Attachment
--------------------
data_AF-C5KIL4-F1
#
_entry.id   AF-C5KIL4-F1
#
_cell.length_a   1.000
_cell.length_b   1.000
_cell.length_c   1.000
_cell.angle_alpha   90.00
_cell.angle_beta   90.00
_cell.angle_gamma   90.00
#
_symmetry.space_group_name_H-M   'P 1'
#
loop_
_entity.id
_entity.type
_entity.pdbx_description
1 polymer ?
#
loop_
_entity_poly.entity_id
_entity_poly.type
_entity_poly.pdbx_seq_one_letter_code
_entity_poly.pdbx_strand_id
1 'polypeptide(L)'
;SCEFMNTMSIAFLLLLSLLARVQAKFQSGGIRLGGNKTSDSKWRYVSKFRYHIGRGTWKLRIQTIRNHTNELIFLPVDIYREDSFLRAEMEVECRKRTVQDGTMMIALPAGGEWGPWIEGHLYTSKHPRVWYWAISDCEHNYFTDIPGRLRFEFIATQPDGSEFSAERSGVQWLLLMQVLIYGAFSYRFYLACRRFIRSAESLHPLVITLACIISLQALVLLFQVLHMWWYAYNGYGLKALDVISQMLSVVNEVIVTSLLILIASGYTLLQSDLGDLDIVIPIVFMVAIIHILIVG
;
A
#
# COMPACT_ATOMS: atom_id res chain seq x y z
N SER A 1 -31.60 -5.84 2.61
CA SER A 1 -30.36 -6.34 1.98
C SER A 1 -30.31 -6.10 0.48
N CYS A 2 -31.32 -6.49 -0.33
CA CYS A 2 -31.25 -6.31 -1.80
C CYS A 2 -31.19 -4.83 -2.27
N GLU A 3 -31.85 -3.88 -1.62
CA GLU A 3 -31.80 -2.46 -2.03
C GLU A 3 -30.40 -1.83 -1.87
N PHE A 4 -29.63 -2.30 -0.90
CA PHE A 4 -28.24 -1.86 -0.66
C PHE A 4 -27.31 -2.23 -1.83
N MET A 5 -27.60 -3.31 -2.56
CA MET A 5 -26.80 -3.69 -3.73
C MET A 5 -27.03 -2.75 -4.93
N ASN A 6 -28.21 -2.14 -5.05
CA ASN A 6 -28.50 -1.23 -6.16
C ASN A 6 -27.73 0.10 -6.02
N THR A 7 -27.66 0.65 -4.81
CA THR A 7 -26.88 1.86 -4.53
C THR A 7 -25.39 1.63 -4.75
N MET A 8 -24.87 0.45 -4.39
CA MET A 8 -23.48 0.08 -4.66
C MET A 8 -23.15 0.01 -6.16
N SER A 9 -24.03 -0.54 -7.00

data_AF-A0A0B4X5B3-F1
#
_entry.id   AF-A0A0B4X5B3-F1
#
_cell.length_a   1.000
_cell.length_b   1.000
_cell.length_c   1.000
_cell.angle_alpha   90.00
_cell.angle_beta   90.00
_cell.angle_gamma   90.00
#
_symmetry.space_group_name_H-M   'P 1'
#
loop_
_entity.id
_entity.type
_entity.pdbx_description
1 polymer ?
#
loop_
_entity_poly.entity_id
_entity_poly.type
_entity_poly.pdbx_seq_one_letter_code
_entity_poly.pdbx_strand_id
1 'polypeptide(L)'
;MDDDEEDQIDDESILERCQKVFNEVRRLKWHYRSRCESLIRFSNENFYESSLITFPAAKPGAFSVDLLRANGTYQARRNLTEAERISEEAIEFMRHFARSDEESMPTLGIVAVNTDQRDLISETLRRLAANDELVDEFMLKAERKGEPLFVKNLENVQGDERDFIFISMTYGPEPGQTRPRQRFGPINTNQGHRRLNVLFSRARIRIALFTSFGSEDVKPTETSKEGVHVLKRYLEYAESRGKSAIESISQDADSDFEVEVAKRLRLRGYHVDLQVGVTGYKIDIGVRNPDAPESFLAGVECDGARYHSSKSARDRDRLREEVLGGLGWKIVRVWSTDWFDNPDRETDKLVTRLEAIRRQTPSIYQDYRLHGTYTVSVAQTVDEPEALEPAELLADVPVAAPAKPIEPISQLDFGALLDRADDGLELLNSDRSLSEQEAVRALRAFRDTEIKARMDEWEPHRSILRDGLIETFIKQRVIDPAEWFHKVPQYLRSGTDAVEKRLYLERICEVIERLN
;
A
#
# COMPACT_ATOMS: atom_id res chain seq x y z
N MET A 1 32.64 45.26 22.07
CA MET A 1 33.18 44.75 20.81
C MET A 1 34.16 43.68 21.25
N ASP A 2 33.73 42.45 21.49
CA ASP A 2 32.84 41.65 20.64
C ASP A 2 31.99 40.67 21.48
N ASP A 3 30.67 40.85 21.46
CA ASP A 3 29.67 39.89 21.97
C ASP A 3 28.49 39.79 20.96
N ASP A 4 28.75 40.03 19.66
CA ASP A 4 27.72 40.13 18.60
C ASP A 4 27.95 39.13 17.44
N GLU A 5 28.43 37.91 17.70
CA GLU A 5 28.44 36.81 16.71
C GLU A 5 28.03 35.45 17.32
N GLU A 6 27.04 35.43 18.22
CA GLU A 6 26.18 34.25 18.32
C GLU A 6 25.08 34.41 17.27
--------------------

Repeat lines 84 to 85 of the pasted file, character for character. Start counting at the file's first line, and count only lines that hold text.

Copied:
#
# COMPACT_ATOMS: atom_id res chain seq x y z